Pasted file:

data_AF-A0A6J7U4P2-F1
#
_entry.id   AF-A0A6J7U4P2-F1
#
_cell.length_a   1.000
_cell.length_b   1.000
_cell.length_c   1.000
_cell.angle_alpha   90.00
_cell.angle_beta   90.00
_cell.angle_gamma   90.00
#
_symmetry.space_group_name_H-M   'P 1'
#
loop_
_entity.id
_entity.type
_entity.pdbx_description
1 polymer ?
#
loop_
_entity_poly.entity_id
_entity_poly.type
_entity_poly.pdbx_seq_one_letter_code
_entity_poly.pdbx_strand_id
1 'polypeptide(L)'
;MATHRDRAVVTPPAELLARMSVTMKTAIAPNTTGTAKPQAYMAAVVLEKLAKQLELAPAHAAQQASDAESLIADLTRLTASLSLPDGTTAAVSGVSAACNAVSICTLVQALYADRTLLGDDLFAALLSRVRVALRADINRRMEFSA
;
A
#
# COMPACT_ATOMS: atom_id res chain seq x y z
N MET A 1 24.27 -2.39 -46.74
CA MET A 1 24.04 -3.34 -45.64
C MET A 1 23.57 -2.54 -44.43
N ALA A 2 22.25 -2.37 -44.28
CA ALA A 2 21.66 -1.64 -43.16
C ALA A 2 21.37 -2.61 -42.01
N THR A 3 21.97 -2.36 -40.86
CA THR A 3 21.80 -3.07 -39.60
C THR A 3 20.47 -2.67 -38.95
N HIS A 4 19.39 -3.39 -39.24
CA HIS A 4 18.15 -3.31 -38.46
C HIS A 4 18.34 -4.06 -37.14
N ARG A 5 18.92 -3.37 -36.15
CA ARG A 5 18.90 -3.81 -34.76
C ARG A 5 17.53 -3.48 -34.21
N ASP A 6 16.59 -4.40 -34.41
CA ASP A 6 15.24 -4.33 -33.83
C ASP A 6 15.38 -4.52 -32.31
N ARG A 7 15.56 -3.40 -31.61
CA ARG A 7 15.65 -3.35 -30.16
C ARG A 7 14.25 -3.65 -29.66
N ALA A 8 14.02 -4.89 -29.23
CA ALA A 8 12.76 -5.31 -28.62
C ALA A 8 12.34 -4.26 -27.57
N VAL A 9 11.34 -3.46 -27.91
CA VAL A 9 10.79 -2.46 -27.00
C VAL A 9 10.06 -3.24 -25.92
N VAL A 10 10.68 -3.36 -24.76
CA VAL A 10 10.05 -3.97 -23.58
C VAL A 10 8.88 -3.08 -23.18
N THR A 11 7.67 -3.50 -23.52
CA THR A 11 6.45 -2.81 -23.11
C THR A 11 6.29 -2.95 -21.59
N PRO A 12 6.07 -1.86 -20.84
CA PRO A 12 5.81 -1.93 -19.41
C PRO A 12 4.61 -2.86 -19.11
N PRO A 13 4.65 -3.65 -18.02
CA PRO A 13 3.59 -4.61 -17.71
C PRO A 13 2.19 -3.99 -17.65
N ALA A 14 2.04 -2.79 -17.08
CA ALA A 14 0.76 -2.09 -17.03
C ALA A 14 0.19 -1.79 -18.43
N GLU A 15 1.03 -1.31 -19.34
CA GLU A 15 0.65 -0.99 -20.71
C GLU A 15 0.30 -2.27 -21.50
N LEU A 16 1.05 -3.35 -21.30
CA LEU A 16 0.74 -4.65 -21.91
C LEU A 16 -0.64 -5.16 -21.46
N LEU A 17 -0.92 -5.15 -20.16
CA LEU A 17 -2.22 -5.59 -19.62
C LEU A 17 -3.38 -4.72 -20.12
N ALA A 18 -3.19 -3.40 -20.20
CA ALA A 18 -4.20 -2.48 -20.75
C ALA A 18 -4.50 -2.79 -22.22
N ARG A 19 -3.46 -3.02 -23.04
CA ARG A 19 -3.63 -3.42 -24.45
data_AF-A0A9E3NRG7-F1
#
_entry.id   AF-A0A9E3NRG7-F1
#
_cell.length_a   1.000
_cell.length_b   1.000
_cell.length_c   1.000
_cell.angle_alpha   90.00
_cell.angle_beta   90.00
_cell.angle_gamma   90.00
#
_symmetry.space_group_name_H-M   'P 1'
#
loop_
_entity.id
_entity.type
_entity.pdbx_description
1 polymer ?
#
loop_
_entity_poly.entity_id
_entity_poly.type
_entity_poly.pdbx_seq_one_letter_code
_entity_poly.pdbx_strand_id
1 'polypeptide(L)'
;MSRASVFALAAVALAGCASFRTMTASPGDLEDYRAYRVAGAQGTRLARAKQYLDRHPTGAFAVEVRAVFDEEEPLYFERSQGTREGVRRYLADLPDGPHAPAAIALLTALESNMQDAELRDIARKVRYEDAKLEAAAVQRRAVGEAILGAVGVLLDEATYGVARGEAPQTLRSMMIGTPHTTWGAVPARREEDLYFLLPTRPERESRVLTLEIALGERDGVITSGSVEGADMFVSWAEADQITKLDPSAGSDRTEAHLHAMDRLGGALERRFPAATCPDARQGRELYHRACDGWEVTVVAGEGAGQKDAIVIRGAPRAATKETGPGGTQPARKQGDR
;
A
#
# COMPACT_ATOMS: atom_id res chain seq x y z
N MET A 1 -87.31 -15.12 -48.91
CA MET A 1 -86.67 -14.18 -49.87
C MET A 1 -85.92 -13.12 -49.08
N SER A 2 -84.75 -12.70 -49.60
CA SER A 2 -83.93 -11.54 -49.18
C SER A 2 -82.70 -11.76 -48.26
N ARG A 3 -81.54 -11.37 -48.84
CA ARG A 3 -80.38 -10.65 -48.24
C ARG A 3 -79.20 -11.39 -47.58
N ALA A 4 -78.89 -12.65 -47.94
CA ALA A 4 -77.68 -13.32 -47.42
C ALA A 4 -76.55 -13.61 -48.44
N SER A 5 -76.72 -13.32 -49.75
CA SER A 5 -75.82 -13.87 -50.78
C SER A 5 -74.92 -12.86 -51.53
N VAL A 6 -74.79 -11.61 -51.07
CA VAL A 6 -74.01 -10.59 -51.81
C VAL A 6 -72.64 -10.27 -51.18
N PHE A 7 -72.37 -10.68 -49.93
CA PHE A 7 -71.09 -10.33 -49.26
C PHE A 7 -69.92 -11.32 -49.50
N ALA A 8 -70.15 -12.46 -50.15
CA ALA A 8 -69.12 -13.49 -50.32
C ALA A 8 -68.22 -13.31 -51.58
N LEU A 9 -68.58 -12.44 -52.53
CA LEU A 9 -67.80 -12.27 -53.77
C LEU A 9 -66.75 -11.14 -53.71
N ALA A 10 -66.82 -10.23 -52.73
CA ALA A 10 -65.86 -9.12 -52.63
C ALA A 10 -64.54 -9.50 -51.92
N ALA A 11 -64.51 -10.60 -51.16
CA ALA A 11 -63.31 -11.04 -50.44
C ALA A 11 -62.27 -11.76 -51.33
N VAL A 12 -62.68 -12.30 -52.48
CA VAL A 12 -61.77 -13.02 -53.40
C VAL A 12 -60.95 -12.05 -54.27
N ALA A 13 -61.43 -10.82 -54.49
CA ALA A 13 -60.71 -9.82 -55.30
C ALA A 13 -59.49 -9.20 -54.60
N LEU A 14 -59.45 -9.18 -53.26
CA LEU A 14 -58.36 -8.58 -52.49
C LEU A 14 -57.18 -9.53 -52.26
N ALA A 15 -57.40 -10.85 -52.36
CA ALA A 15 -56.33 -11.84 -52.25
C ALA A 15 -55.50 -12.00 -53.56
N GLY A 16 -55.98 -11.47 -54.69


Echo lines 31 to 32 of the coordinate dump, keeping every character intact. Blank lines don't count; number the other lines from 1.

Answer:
N MET A 1 24.27 -2.39 -46.74
CA MET A 1 24.04 -3.34 -45.64